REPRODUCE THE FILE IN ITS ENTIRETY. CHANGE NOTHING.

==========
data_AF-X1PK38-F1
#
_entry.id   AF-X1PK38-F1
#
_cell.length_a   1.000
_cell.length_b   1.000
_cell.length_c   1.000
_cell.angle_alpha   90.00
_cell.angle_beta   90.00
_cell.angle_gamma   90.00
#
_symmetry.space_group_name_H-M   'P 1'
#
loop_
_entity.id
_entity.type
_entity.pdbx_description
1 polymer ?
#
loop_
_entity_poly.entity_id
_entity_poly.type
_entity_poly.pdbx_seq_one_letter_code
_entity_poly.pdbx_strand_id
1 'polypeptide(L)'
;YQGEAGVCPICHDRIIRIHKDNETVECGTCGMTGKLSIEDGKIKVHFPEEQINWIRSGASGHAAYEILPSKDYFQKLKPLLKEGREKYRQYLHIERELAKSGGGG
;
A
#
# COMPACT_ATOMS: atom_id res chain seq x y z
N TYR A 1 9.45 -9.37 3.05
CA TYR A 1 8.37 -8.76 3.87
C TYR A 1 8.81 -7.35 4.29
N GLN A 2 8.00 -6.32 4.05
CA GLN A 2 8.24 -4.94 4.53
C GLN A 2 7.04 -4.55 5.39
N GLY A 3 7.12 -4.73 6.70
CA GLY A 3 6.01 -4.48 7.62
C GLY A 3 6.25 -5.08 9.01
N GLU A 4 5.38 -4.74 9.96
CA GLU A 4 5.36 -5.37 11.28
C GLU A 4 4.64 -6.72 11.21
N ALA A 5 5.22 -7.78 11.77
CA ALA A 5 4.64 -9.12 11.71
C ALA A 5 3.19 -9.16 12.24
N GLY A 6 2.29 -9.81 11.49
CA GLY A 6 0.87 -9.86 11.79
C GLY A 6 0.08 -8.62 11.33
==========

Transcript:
data_AF-X1PK38-F1
#
_entry.id   AF-X1PK38-F1
#
_cell.length_a   1.000
_cell.length_b   1.000
_cell.length_c   1.000
_cell.angle_alpha   90.00
_cell.angle_beta   90.00
_cell.angle_gamma   90.00
#
_symmetry.space_group_name_H-M   'P 1'
#
loop_
_entity.id
_entity.type
_entity.pdbx_description
1 polymer ?
#
loop_
_entity_poly.entity_id
_entity_poly.type
_entity_poly.pdbx_seq_one_letter_code
_entity_poly.pdbx_strand_id
1 'polypeptide(L)'
;YQGEAGVCPICHDRIIRIHKDNETVECGTCGMTGKLSIEDGKIKVHFPEEQINWIRSGASGHAAYEILPSKDYFQKLKPLLKEGREKYRQYLHIERELAKSGGGG
;
A
#
# COMPACT_ATOMS: atom_id res chain seq x y z
N TYR A 1 9.45 -9.37 3.05
CA TYR A 1 8.37 -8.76 3.87
C TYR A 1 8.81 -7.35 4.29
N GLN A 2 8.00 -6.32 4.05
CA GLN A 2 8.24 -4.94 4.53
C GLN A 2 7.04 -4.55 5.39
N GLY A 3 7.12 -4.73 6.70
CA GLY A 3 6.01 -4.48 7.62
C GLY A 3 6.25 -5.08 9.01
N GLU A 4 5.38 -4.74 9.96
CA GLU A 4 5.36 -5.37 11.28
C GLU A 4 4.64 -6.72 11.21
N ALA A 5 5.22 -7.78 11.77
CA ALA A 5 4.64 -9.12 11.71
C ALA A 5 3.19 -9.16 12.24
N GLY A 6 2.29 -9.81 11.49
CA GLY A 6 0.87 -9.86 11.79
C GLY A 6 0.08 -8.62 11.33